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06/12/2019

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Troy

I agree with B. Put on your CV periods when you were not active in academia because you were taking time off to look after a young child. Calling it "maternity leave" or "parental leave" is fine. In searches I've been involved in (at an R1 school), I would discount this time when considering candidates' research outputs -- so I would count 4 articles from someone who graduated 2 years ago the same as I would 4 articles from someone who graduated 4 years ago and took 2 years of parental leave since then.

Indeed, if the alternative is adjuncting, I think it might actually be better to be on parental leave for a year (or two). If you're adjuncting that makes it look like you couldn't get anything on the job market that year; whereas if you were on parental leave then that communicates no information about how successful you would have been that year, had you been on the job market.

Amana

I agree with Troy - even if there is some bias against motherhood (although I wouldn't necessarily assume that what is true generally is true in academia, at least not at the same rate) there could (and I think often is) more of a bias against adjuncting, being unproductive for "no reason," or simply being away from academia.

Anon prof

I would think that active research and maintaining connections and productivity during this time would be really important if you want to "stay in the game" -- Also, 1 semester is one thing (that's what one might get off if one is a salaried instructor or professor) but 2 years is another. I would look at that and say "that's not maternity leave, it's just taking a long break" ... However, if you were productive in this time it would not matter.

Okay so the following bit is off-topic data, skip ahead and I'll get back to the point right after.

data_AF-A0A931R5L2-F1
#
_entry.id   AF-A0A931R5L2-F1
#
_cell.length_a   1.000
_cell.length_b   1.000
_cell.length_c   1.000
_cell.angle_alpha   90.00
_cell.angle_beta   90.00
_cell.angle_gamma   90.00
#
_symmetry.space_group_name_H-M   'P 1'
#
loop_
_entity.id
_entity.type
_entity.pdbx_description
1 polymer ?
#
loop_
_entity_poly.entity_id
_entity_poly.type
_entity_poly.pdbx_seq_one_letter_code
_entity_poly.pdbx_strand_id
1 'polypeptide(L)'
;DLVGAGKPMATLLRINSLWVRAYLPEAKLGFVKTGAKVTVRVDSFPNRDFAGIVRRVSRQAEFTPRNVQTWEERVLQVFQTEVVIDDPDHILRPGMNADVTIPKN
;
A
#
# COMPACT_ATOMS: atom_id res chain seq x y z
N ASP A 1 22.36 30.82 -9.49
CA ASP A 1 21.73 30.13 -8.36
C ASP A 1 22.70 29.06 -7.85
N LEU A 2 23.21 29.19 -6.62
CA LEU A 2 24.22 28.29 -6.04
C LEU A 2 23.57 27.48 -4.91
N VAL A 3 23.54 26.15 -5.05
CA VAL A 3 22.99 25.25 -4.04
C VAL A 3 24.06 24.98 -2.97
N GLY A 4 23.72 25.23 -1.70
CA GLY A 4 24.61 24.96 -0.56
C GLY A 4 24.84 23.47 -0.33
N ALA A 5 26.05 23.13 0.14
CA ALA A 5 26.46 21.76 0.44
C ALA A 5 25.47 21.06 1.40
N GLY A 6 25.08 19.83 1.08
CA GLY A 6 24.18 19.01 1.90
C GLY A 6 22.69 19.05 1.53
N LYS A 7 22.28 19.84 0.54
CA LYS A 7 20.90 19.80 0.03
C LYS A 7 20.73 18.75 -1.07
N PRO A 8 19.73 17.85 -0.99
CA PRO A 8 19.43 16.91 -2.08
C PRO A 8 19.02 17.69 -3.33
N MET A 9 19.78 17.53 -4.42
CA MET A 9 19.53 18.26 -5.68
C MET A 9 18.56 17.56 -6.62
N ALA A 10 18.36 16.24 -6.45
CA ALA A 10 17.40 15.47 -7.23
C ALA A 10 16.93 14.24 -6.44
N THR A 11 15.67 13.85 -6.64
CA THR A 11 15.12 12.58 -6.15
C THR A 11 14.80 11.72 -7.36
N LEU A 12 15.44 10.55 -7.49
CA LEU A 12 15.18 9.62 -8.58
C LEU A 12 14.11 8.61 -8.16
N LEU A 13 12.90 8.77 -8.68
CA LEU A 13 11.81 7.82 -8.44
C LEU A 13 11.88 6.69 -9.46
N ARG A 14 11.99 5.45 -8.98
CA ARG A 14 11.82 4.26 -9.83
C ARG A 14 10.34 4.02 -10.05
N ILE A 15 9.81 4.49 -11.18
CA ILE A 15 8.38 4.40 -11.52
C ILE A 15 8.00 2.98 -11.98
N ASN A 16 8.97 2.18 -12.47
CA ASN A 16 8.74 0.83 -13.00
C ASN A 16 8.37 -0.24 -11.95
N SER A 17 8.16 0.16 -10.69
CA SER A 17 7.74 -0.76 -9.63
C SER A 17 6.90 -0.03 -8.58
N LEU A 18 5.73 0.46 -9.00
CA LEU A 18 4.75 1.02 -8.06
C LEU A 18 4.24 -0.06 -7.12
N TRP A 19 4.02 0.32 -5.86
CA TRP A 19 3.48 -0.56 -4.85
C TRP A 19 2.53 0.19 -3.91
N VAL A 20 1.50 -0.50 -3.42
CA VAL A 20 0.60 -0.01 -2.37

Martin Lenz

Timely post! Here's a reply: https://handlingideas.blog/2019/06/16/framing-employment-in-higher-education-and-fathers-day/

Anonymous

Martin (and other commenters)- thank you. I'm not sure I clearly conveyed in my original post that I want to spend time taking care of and educating the child I already have, while also hopefully expanding my family. I didn't realize how much crucial education happens in the early years before Pre-K and I've come to believe it's a more valuable use of my time to be teaching and taking care of my child than adjuncting for wages we can't live off of. I think I will be a better parent and a better philosopher if I can focus on parenting (and doing research when I can), rather than simultaneously having a relatively high teaching load, being on the market, researching, and parenting (let alone trying to do anything else or have anything resembling work-life balance). This doesn't mean I won't end up adjuncting next year, because I'm afraid of losing any chance of getting a permanent job in philosophy. I'm still trying to decide what to do. I would add (as I think Martin conveys in his article) that child care is not by any means a break. It is more challenging and exhausting than any other work I've done. For comparison, since having my child, I have often felt while teaching or writing (or even grading) that I was "getting a break."